Independent schools failing to provide some benefits for their potential beneficiaries other than its fee-paying students would be falling foul of the law, an appeal tribunal ruled last week as it rejected most of a claim challenging the interpretation of the concept of ‘public benefit’ as set out by the Charity Commission.
Ruling in Independent Schools Council v Charity Commission  UKUT 421 (TCC) the Upper Tribunal decided that each case depended on its own facts and that – provided the de minimis threshold was crossed – it was a matter for the trustees of a charitable independent school, rather than up to the Charity Commission or tribunal, to decide how trustees’ obligations might best be fulfilled in the light of their circumstances.
The Charity Commission said the ruling confirmed its position that, if independent schools wanted to take advantage of the privileges of charitable status, they had to operate for the public benefit. In practice, this meant that “they must run their charity to ensure that the poor can benefit in a way that is more than minimal or tokenistic”.
To the disappointment of charity lawyers, however, the tribunal didn’t provide clearer guidance for trustees. According to the commission this was an acknowledgment that “it is simply not possible to provide the clarity which some schools have wished for”. Paul Ridge, a partner at Bindmans who represented the Education Review Group, which intervened in the case, said the court’s only suggestion – that allocating ten per cent of funds to poor pupils would be enough – didn’t provide sufficient clarity.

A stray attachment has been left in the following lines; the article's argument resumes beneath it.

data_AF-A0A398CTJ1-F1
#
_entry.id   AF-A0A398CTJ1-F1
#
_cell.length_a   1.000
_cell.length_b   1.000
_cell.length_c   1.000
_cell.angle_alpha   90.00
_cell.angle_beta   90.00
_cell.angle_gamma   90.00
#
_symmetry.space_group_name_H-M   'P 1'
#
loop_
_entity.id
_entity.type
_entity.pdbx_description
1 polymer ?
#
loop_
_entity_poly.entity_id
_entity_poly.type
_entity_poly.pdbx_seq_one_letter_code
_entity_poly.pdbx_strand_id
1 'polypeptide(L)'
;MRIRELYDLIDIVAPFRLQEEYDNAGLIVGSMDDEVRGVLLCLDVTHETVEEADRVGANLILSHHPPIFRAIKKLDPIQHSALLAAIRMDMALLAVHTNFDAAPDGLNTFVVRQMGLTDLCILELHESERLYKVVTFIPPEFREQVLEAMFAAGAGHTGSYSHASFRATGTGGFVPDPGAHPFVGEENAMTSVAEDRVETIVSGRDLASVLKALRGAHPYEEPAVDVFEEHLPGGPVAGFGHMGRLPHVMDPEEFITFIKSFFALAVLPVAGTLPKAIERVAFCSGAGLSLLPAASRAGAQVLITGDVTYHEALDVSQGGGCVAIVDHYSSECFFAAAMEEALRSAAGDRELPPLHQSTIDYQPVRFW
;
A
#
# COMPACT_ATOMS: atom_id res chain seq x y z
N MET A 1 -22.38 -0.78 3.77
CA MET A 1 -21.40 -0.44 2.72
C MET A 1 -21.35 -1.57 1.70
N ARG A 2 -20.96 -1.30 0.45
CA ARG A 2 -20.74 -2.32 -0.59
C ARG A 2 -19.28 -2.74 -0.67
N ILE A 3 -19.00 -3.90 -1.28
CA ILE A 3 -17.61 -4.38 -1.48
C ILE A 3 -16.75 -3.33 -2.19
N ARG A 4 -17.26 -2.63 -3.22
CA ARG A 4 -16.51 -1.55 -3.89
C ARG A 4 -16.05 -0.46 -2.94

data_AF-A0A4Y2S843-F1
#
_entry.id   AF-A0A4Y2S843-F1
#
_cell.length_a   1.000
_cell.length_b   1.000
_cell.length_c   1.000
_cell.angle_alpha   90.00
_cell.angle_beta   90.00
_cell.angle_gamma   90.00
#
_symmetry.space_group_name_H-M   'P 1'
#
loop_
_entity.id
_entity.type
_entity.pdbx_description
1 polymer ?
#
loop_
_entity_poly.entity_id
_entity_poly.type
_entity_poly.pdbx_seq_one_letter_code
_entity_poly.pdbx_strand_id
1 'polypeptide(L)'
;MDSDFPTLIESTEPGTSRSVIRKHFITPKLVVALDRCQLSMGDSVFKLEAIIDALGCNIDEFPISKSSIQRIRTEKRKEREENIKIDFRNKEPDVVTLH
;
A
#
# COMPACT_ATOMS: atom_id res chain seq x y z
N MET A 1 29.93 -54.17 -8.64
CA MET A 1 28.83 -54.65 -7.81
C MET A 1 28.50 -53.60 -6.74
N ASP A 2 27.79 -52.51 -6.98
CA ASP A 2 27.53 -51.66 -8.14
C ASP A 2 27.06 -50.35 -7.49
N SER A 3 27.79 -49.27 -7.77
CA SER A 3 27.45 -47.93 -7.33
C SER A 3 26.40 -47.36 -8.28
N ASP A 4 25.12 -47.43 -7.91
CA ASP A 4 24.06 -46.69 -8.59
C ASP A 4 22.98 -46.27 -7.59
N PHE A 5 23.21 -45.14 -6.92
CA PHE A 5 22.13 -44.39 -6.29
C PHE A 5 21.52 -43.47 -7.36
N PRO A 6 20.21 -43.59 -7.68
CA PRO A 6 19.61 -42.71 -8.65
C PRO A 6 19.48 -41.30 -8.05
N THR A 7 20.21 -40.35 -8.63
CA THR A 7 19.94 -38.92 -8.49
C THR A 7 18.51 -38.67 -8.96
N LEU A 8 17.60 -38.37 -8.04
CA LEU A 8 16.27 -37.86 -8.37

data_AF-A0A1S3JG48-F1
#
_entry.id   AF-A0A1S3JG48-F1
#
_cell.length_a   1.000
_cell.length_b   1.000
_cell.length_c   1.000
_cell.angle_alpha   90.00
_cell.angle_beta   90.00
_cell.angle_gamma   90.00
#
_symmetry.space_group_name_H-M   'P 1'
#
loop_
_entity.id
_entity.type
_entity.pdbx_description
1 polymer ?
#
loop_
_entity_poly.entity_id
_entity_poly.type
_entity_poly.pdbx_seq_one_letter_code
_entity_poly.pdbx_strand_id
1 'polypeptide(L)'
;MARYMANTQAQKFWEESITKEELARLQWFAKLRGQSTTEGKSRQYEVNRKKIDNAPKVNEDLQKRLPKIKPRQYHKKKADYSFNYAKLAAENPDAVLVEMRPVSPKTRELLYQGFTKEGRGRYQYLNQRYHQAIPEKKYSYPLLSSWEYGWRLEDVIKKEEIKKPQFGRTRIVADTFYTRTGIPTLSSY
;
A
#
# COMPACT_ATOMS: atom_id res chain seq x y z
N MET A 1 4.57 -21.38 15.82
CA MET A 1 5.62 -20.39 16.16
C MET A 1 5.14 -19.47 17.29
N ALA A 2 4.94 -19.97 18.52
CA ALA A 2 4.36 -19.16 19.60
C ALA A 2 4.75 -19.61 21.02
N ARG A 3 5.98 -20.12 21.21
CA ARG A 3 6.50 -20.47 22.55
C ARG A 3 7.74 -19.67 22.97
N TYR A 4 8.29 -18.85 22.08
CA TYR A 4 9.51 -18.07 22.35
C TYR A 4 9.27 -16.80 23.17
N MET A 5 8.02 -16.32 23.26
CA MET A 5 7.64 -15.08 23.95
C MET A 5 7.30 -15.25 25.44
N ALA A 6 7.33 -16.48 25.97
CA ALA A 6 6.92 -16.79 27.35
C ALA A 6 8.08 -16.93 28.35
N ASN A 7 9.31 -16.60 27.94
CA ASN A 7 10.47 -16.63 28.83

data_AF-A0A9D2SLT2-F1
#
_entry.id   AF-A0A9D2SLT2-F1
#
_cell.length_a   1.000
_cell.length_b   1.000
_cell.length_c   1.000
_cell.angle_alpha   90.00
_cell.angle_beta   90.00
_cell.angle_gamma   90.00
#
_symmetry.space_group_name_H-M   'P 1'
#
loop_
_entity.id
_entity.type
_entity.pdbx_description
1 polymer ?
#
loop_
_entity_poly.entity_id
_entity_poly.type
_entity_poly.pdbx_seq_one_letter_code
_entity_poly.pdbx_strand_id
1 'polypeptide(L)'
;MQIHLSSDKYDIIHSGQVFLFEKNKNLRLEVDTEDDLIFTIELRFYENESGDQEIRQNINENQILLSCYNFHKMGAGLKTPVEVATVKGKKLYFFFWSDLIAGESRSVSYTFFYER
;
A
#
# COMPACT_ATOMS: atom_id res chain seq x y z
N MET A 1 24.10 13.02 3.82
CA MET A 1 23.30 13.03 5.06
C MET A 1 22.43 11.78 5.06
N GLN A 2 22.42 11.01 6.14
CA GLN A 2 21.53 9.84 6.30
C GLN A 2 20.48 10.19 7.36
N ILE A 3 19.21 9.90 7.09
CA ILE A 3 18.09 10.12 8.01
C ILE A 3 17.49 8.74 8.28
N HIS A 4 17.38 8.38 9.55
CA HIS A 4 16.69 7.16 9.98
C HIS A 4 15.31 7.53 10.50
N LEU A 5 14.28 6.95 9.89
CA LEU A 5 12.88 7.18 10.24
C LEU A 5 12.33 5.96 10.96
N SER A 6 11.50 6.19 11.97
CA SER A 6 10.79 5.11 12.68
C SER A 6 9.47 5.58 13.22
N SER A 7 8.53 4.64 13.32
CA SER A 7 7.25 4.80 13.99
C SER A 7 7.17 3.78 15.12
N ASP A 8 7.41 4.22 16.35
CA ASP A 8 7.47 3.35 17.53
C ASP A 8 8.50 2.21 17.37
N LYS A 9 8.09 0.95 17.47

Tom Murdoch, a solicitor with Stone King, said the ISC had secured a few small victories but that it was not the unqualified success the organisation claimed. “Broadly the Upper Tribunal upheld the current framework and reaffirmed the commission’s role in both issuing guidance as to what ‘public benefit’ means and in overseeing the application,” Murdoch said.
“The 2006 Charities Act moved charity law significantly but the tribunal missed an opportunity to clarify the law,” Murdoch continued. “Having discretion is good because it means trustees have freedom, but, if you’re unsure, you have little guidance.”
He went on: “Both the tribunal and the commission are recent creatures, with the objective of moving on charity law – which had been stagnating – but they backed away from political questions they didn’t want to get into.” According to Murdoch, bursaries would not – in theory – be the only way of complying with the public benefit requirement, but he said there were no examples so far. The only case was that of a fee-charging school that had separately contributed £5m to the running of the nearby local academy....